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Philadelphia.—During the past holydays the various Synagogues were filled, at times, to overflowing with Israelites desirous of testifying, at least once a year, their adherence to our religion, and we hope that many have resolved not to be only annual visitors hereafter. By the by, it seems strange to us that many can satisfy themselves in this way, and not feel that if it is their duty to come once or thrice a year, it must be so on every occasion when the Synagogue is open for  prayer. We regretted to observe in the place where we attended, that many spent the Kippur-day in running in and out; and we must pointedly condemn the practice of paying a round of visits to various places of worship on that solemn day; for such intrusion disturbs the devotion <<426>> of those who are desirous of praying, and results from those who evidently cannot be much interested, or else they would attend to their prayers in the assembly to which they are attached. It is to be hoped that in future these evils will be guarded against as much as possible, and that the worship on the Day of Atonement may not be rendered the most disorderly of all days in the year. We say this in sorrow and not in anger. Would it not be well to have a sermon delivered in place of a mass of useless offerings, and thus retain the people in their seats at a time when they are most inclined to absent themselves. We throw out this suggestion to the heads of the congregations, who for once, we trust, will take our well-meant advice as a rule for their actions. One thing struck us from the crowds that attended the German Synagogue where we lately worship, that a new place of prayer, or more enlarged room in the houses already existing, is absolutely required in Philadelphia to accommodate the people, not alone those who come hither as visitors during the festivals, but the residents themselves. We trust that before long a suitable building may be procured for the accommodation of those who live in the western part of the city, to enable especially the pious ladies and the aged, whom distance often prevents from attending on the Sabbath, to be regular in their presence in the house of God. Such a structure, we are sure, whilst it would promote piety, would not in the least interfere with the prosperity of already existing congregations. We forbear to say more at present.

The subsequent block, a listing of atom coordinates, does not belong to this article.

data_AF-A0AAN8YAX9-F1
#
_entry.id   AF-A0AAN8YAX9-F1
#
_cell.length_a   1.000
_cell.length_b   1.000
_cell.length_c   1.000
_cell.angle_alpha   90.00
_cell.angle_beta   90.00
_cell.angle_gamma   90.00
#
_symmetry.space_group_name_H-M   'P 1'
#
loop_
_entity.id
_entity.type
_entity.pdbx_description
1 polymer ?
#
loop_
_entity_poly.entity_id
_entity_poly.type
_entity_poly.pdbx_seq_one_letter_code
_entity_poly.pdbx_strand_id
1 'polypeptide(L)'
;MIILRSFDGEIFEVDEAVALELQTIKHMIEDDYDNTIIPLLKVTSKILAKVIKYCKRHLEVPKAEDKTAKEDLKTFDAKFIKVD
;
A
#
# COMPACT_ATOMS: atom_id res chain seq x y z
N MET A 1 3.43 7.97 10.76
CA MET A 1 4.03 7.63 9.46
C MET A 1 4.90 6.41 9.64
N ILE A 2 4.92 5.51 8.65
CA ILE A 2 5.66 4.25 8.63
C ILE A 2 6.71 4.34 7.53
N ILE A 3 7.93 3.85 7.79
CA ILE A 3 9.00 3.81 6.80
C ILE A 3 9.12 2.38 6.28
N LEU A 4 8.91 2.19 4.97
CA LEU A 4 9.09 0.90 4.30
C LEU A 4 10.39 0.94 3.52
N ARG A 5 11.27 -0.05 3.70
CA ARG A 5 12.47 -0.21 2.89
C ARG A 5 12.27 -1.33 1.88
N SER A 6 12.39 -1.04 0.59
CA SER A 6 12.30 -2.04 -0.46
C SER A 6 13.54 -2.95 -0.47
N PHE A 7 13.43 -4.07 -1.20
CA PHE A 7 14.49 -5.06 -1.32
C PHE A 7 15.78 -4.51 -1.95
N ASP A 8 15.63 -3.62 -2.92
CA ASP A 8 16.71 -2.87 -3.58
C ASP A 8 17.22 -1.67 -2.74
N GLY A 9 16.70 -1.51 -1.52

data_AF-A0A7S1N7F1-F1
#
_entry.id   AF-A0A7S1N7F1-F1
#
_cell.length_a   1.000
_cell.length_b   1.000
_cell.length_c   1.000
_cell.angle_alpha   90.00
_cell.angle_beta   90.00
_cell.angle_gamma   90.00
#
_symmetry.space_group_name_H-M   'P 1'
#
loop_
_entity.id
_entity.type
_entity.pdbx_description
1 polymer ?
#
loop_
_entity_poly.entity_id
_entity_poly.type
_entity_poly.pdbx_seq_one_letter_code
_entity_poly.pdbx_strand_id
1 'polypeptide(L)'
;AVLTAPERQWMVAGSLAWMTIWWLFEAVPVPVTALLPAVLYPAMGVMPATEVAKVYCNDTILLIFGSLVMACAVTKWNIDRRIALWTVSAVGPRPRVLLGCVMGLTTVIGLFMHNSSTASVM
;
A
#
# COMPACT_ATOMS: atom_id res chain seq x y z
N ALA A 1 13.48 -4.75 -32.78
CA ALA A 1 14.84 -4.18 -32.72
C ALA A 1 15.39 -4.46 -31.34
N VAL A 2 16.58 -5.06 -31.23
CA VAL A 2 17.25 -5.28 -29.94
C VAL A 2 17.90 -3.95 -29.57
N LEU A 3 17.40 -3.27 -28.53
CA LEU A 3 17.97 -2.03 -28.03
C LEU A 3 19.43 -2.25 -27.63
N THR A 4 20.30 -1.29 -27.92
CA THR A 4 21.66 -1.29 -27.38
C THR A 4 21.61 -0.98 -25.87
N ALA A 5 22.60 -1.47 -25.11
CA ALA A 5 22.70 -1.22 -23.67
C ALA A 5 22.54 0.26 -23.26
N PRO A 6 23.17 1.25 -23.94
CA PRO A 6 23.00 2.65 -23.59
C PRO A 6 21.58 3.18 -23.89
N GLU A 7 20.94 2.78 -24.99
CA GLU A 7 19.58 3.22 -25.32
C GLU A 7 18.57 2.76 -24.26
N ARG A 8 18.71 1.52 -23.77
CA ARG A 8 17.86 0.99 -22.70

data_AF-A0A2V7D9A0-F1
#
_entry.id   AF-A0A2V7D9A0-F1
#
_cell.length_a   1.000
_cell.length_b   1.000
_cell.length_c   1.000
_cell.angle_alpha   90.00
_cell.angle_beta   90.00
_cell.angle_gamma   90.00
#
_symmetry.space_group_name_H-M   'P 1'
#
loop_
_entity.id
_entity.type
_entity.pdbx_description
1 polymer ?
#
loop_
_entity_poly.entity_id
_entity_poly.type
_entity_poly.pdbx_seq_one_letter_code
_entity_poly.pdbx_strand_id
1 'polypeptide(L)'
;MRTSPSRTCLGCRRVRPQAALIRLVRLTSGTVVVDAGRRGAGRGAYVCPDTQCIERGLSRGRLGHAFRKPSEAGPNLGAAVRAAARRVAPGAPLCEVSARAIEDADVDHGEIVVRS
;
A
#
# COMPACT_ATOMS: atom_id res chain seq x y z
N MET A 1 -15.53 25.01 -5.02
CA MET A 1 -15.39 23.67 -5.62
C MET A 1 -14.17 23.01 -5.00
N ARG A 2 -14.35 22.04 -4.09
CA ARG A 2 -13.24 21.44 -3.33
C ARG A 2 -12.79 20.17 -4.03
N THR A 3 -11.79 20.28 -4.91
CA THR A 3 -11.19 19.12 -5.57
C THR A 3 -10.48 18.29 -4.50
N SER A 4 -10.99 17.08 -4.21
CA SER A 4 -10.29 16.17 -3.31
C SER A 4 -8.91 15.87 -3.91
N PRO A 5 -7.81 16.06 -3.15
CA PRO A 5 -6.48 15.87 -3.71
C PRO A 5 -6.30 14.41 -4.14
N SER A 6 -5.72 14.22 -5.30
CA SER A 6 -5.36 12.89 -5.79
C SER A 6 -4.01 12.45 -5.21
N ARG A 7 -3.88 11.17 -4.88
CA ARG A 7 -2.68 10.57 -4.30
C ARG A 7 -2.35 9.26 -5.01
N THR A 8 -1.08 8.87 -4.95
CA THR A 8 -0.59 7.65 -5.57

Bnai Jeshurun Congregation, New York.—On Thursday, the 28th of Elul (25th of September last), the new Synagogue of the late Elm Street congregation, situated in Greene, above Houston Street, was consecrated to the worship of God with the usual solemn rites. We learn from a correspondent, that though the building was consecrated in an unfinished state, the service was highly impressive. The music used was composed by Mr. Louis Leo, originally for the dedication of the St. Alban’s Place Synagogue, London, about twenty years ago, and was exe­cuted by the Rev. Ansel Leo, a brother of the composer, who is, as our readers know, the minister of the congregation. The instrumental music was under the management of Mr. Newstadt. The Synagogue was crowded, and the ladies’ gallery to such a degree that many of the female visitors had to be accommodated in the body of the building, which, by the way, is asserted to be the handsomest of its kind in the country. We, for our part, have not yet seen it, for which we have our reasons; but hope to visit it at a later period. The orchestra was composed of many eminent professors of music. The opening symphony was the overture <<427>> from “Joseph in Egypt,” by Mehul, an opera well known about thirty years ago, though lately a little out of fashion. The chorus, composed of men and boys, and twenty-five strong, was exceedingly well drilled, and performed its part well. Dr. Raphall delivered the dedication sermon, which occupied, we learn, a full hour. A prayer, also, was recited by Dr. R., composed by the late Rabbi Solomon Hirschell, of London, which appears to us to be written in good spirit and excellent style, and altogether superior to many modern productions. But we cannot say the same with regard to the hymn originally written for the St. Alban’s Synagogue, by the late Professor Hysm Hurwitz; nor do we except from this inferiority the stanza adapting the blessing originally conveyed to the King of Britain to the republic; the Hebrew muse, we fear, is not always favourable to those who woo her; but there is one man in the country, no other than Mr. Judah Middleman, now at Cincinnati, who knows how to waken the long-silent lyre. We must, at some future day, give some of his productions, and would have done so long since, were our readers more intimate with the sacred tongue. But to our subject: the assembly did not disperse till they had testified their liberality; as near 2000 dollars was offered to the funds of the congregation, and was, we suppose, quite acceptable. The whole ceremony occupied about three hours and a half. The sermon of Dr. R. was, as a matter of course, attractive; it would be strange if it were not, as the reverend preacher’s reputation is so well established; but the Rev. Mr. Leo also obtained approbation for his portion of the ser­vice, and was presented by the trustees with a liberal sum of money for his exertions. We regret to learn that several invited ministers were absent; for our part we can assure the gentlemen of the congregation, that had they invited us in a proper manner, we would not have been missing on the occasion, which was to them one of joy, and of deep interest to us; we hope to meet them hereafter, when their house is entirely finished.—As no notice has been taken elsewhere of the fact, we deem it our duty to state that a beautiful perpetual lamp of silver (נר תמיד), similar to the one we had made in Philadelphia, for Mr. Touro’s Synagogue at New Orleans, was presented by Mr. M. A. Mitchell of our city, the son of the president of he congregation, Mr. Abraham Mitchell. It is in the shape of the old classical lamp, and is suspended by a silver chain, we think, in front of the ark. A more appropriate and elegant donation could not have been bestowed, and Mr. M. deserves commendation for so endowing the Synagogue over which his father has presided for so many years. On the whole, the <<428>> erection of this splendid structure is another proof of the progress of Jews in America.